Charlie Crist's campaign in recent days has been in full outrage mode, suggesting that Gov. Rick Scott and his allies have hit "a new low" in sleazy, negative campaigning. Why?
Because Scott's Let's Get to Work Committee released an ad Wednesday that featured an image of former first lady Carole Crist and noting that the Crists are declining to release her tax returns. "What's he hiding?" the ad asks. Crist campaign adviser Kevin Cate contends that targeting a candidate's spouse in a TV ad is unprecedented in Florida and beyond the pale.
But why shouldn't the public have a look at the investments of the woman Crist says has the greatest influence on his decisionmaking? Heck, why isn't the Crist campaign demanding to see more disclosure of the trusts Scott put under the control of his wife?
Team Crist cried foul last week when Progressive Choice Florida, widely believed to be a GOP front group helping Scott, started airing radio ads that the Crist campaign claims associates Crist with slavery.
"While Crist was coddling the gun lobby, he was cracking down on us," the ad says. "Passing maximum sentencing laws. Signing the nation's harshest marijuana laws. And enacting the country's strictest penalties against nonviolent offenders — many of whom just happen to be black."
It's a tough spot, but Crist certainly didn't mind when the Times labeled him "Chain Gang Charlie" in the early 1990s, when he wasn't courting African-American voters. He embraced the label then, and he owns it today.
Back in 1995, Florida House Speaker Peter Wallace, D-St. Petersburg, called the idea of chain gangs in Florida "degrading and disgusting."
After watching images of newly reinstituted chain gangs in Alabama, Wallace (now a Crist supporter) said this: "To me, it brought back images of slavery, and it's just unacceptable."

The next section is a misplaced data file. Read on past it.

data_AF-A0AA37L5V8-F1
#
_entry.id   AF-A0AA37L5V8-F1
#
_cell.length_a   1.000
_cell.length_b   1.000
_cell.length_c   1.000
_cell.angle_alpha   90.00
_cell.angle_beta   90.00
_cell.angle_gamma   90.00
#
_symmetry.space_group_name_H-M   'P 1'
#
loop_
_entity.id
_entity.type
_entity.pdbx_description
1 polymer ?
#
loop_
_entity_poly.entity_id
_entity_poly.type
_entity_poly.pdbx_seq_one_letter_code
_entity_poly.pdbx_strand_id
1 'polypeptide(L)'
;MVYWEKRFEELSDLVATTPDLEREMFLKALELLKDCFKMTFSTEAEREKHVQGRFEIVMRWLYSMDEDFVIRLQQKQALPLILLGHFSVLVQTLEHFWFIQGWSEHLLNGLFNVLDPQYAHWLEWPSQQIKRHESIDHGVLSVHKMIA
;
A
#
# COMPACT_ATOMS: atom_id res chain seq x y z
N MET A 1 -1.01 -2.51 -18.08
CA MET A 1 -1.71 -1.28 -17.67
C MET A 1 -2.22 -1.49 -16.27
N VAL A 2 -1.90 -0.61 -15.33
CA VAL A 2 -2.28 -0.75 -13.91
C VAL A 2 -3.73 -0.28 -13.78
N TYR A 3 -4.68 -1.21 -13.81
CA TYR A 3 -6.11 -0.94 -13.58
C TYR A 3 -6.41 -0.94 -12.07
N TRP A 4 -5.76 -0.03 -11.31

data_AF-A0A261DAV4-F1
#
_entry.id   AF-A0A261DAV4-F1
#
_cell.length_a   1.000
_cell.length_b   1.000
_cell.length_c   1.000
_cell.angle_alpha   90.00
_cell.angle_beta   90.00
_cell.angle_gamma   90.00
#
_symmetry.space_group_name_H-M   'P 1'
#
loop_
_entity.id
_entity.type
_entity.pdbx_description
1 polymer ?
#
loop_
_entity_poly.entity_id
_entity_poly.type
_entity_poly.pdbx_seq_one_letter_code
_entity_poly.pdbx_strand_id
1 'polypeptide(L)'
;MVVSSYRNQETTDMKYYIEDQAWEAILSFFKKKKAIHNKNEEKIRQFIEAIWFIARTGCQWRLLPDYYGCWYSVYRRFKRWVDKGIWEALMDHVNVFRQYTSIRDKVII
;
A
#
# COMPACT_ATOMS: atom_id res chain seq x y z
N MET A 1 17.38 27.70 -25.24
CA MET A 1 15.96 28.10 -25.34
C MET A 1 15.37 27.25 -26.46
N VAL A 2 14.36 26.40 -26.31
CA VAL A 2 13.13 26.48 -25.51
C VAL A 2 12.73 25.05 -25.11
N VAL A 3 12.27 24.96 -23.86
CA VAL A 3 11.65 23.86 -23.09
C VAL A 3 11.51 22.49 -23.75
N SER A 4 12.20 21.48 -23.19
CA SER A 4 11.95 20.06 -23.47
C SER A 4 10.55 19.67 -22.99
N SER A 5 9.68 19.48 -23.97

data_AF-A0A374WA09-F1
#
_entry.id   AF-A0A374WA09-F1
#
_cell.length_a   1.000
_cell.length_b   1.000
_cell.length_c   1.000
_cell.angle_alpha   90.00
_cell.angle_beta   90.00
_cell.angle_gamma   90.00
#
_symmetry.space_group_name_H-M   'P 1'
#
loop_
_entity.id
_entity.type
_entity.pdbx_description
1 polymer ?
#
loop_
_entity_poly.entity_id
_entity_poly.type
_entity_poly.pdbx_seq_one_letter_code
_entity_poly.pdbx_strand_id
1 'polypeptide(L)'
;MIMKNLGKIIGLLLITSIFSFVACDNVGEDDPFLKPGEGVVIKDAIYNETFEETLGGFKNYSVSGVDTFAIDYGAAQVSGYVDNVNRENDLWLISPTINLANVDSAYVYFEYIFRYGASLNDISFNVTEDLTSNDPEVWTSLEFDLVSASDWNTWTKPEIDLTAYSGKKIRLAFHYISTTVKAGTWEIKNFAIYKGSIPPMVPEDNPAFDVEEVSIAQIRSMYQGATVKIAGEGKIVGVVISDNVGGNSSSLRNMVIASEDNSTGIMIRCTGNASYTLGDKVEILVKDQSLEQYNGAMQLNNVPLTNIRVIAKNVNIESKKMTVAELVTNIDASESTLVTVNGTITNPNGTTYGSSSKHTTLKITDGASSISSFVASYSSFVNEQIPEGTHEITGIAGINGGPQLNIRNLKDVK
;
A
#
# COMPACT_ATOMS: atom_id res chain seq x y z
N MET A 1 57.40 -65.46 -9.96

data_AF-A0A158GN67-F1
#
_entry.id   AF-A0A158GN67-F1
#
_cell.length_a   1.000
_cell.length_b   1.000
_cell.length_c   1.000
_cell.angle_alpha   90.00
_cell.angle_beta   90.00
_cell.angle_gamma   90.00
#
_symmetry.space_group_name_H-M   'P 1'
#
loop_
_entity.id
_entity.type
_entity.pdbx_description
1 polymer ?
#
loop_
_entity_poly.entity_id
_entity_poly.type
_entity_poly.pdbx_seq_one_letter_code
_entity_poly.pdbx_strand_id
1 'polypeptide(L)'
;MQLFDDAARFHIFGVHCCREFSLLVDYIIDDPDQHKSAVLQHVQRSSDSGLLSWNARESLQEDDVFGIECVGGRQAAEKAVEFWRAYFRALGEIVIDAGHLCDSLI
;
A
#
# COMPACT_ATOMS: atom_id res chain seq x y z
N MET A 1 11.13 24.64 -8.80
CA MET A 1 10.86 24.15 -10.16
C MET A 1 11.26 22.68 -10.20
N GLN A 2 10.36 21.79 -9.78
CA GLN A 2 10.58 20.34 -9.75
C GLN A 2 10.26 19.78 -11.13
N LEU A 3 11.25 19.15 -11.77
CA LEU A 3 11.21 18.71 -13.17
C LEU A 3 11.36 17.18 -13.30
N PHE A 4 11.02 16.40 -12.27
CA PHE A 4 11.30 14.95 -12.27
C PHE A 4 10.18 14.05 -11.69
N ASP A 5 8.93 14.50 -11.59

This reminds us of something a veteran Republican pol named Charlie Crist once said to Marco Rubio when he was complaining about tough attacks: Welcome to the NFL.
Former Gov. Jeb Bush will hold a fundraiser in Tampa for a number of U.S. Senate candidates, continuing to wade into elections around the country.
The Sept. 23 event will be held for Cory Gardner of Colorado, Joni Ernst of Iowa, Monica Wehby of Oregon and Tom Cotton of Arkansas. "The event may also benefit the winner of the Aug. 26 Republican primary in Alaska," reports the Wall Street Journal.
Bush allies suggest it could aid him in a potential presidential run.
"I think it will help him make a decision about what he's going to do and to articulate the policies he thinks the country should be pursuing," fundraiser Al Hoffman told the Journal.
Florida Sen. Bill Nelson, meanwhile, sent an email to his supporters to raise money for Arkansas Sen. Mark Pryor, the Democrat that Cotton is trying to defeat.
Cruz's Core criticism
Bush's advocacy of the Common Core education standards continues to be a sore point among hard-core conservatives. And Sen. Ted Cruz of Texas did not hold back in bashing the standards during a recent GOP event in Miami, Bush's base. "We need to repeal every word of Common Core," Cruz said to sustained applause.
The event for the Miami-Dade GOP was Cruz's fourth stop in Florida this year. He was in Sarasota and Palm Beach in February and Naples in April. There's talk in Jacksonville for getting him there early next year, when the presidential race will be heating up.
Deputy Whip Ross
Rep. Dennis Ross, R-Lakeland, has been named a senior deputy whip under newly elected House Whip Steve Scalise, who moved up amid Majority Leader Eric Cantor's stunning primary loss in Virginia.
Nan Rich interview
Nan Rich may have little name recognition and even less campaign money, but she insists that she, not Crist, is the stronger Democrat to take on Scott.
"The Democrats would come out and be more excited to have a progressive Democrat running, and I think I would mobilize and motivate the base better," the former South Florida state senator says in a Political Connections interview airing today on Bay News 9.
What's more, she argues, former Republican Crist would likely energize more Republicans to turn out to defeat him, while Rich would energize voters eager to elect Florida's first female governor.
As it stands, Rich appears to be an extreme long shot to beat Crist in the primary, and she laments in the Political Connections interview that the national and state Democratic parties have been "putting their finger on the scale" in favor of Crist.
Political Connections airs at 11 a.m. and 8 p.m.